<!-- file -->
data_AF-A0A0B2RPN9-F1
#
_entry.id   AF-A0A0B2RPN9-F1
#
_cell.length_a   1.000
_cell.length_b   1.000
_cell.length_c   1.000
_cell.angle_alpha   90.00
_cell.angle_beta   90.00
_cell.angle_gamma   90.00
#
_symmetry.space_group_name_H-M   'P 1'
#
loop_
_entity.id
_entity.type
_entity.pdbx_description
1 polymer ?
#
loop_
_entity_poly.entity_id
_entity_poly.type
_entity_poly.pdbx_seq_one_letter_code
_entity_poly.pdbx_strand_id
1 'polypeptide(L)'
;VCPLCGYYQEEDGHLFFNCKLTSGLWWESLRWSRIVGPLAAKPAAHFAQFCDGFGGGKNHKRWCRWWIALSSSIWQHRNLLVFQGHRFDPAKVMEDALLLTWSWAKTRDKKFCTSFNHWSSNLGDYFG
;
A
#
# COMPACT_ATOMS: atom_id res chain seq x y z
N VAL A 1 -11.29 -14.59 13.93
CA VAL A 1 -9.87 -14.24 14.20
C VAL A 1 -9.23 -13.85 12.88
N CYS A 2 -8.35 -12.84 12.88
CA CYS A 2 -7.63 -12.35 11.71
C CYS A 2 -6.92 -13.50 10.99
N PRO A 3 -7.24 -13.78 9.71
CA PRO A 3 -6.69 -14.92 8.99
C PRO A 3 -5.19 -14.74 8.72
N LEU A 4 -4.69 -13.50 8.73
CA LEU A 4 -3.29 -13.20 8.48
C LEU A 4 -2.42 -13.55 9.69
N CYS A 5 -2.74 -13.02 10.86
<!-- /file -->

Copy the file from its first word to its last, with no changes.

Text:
data_AF-A0A0B2RPN9-F1
#
_entry.id   AF-A0A0B2RPN9-F1
#
_cell.length_a   1.000
_cell.length_b   1.000
_cell.length_c   1.000
_cell.angle_alpha   90.00
_cell.angle_beta   90.00
_cell.angle_gamma   90.00
#
_symmetry.space_group_name_H-M   'P 1'
#
loop_
_entity.id
_entity.type
_entity.pdbx_description
1 polymer ?
#
loop_
_entity_poly.entity_id
_entity_poly.type
_entity_poly.pdbx_seq_one_letter_code
_entity_poly.pdbx_strand_id
1 'polypeptide(L)'
;VCPLCGYYQEEDGHLFFNCKLTSGLWWESLRWSRIVGPLAAKPAAHFAQFCDGFGGGKNHKRWCRWWIALSSSIWQHRNLLVFQGHRFDPAKVMEDALLLTWSWAKTRDKKFCTSFNHWSSNLGDYFG
;
A
#
# COMPACT_ATOMS: atom_id res chain seq x y z
N VAL A 1 -11.29 -14.59 13.93
CA VAL A 1 -9.87 -14.24 14.20
C VAL A 1 -9.23 -13.85 12.88
N CYS A 2 -8.35 -12.84 12.88
CA CYS A 2 -7.63 -12.35 11.71
C CYS A 2 -6.92 -13.50 10.99
N PRO A 3 -7.24 -13.78 9.71
CA PRO A 3 -6.69 -14.92 8.99
C PRO A 3 -5.19 -14.74 8.72
N LEU A 4 -4.69 -13.50 8.73
CA LEU A 4 -3.29 -13.20 8.48
C LEU A 4 -2.42 -13.55 9.69
N CYS A 5 -2.74 -13.02 10.86